them. In terms of raw capabilities, a
$50 Amazon Echo Dot
is just as smart as a $229
Amazon Echo Show
, because Alexa actually “lives” in Amazon’s
massive data centers.

“Because Alexa’s brain is in the [Amazon Web Services] cloud, her new abilities are available to all Echo customers, not
just those who buy a new device,” as
Amazon CEO Jeff Bezos put it on the company’s latest earnings
call
.


amazon fire tv
Because Amazon Alexa’s
“brains” live in the cloud, every single Amazon Echo and other
Alexa device get new features at the exact same time — no matter
how long ago you bought them.

Amazon

When you ask Amazon Alexa (or Google Assistant, or Apple’s Siri,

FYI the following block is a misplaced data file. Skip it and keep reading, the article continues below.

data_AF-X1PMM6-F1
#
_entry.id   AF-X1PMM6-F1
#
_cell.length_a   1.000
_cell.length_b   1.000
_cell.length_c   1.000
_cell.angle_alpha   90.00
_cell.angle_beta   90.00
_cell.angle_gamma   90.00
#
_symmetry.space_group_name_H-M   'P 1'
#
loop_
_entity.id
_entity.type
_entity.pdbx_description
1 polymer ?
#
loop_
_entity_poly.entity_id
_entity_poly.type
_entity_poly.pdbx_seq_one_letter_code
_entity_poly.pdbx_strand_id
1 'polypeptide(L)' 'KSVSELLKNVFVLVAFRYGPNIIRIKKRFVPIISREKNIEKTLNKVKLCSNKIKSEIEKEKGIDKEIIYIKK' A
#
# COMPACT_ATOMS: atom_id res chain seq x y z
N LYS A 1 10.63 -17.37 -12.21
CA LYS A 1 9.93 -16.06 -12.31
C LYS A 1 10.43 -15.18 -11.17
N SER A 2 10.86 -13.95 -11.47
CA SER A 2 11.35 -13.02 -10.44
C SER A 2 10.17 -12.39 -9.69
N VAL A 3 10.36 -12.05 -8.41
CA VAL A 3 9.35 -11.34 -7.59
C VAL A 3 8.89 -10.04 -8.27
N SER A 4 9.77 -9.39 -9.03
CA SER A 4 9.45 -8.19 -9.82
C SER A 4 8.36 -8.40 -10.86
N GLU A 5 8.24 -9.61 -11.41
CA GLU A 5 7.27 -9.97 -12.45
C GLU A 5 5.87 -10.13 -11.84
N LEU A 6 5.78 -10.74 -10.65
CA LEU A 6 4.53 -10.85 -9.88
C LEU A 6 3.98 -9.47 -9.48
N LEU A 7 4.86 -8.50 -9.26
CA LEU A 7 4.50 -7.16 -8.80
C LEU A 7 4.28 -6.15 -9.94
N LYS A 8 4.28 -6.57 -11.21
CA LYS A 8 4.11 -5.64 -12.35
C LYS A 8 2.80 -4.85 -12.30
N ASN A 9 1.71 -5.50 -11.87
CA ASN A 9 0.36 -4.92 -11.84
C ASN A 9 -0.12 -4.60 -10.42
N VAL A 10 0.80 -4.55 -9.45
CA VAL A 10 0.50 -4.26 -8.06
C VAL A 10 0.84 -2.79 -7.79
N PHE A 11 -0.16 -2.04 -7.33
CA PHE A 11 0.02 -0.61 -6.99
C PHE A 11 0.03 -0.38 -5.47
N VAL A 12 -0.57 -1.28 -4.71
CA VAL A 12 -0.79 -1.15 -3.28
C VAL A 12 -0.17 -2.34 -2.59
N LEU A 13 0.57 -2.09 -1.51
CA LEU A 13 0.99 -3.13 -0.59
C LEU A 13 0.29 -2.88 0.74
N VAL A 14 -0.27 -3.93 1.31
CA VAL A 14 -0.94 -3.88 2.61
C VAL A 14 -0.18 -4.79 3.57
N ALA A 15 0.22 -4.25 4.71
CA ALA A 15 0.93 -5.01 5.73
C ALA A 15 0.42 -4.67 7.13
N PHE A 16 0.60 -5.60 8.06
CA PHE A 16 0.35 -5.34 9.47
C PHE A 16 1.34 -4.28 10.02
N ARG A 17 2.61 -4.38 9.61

etc.) a question, it gets shunted up to the cloud to slice,
dice, and analyze what you said, to make sure it gives you the
best answer. A pleasant side effect of this principle is that you
don’t need the latest, greatest hardware to take
full advantage.

With those tech titans doing the heavy lifting, processing-wise,
even old devices can learn great new tricks. It makes upgrading
to the latest gadget less important.

And remember that for
Google and Amazon, especially
, their fortunes aren’t tied to
getting people to upgrade their devices, anyway — the
ultimate goal is to get people to look at more ads and shop more,
respectively. Whether or not you upgrade your Pixel or buy a
shiny new Echo is, ultimately, irrelevant to these companies.

The heat is on for Apple

The ultimate side-effect of all of this is that it’s going to get
harder and harder to get people to upgrade their phones,
computers, and other gadgetry. Once technological progress starts
flattening out, there’s only so much incremental improvement you
can use to sell a new phone.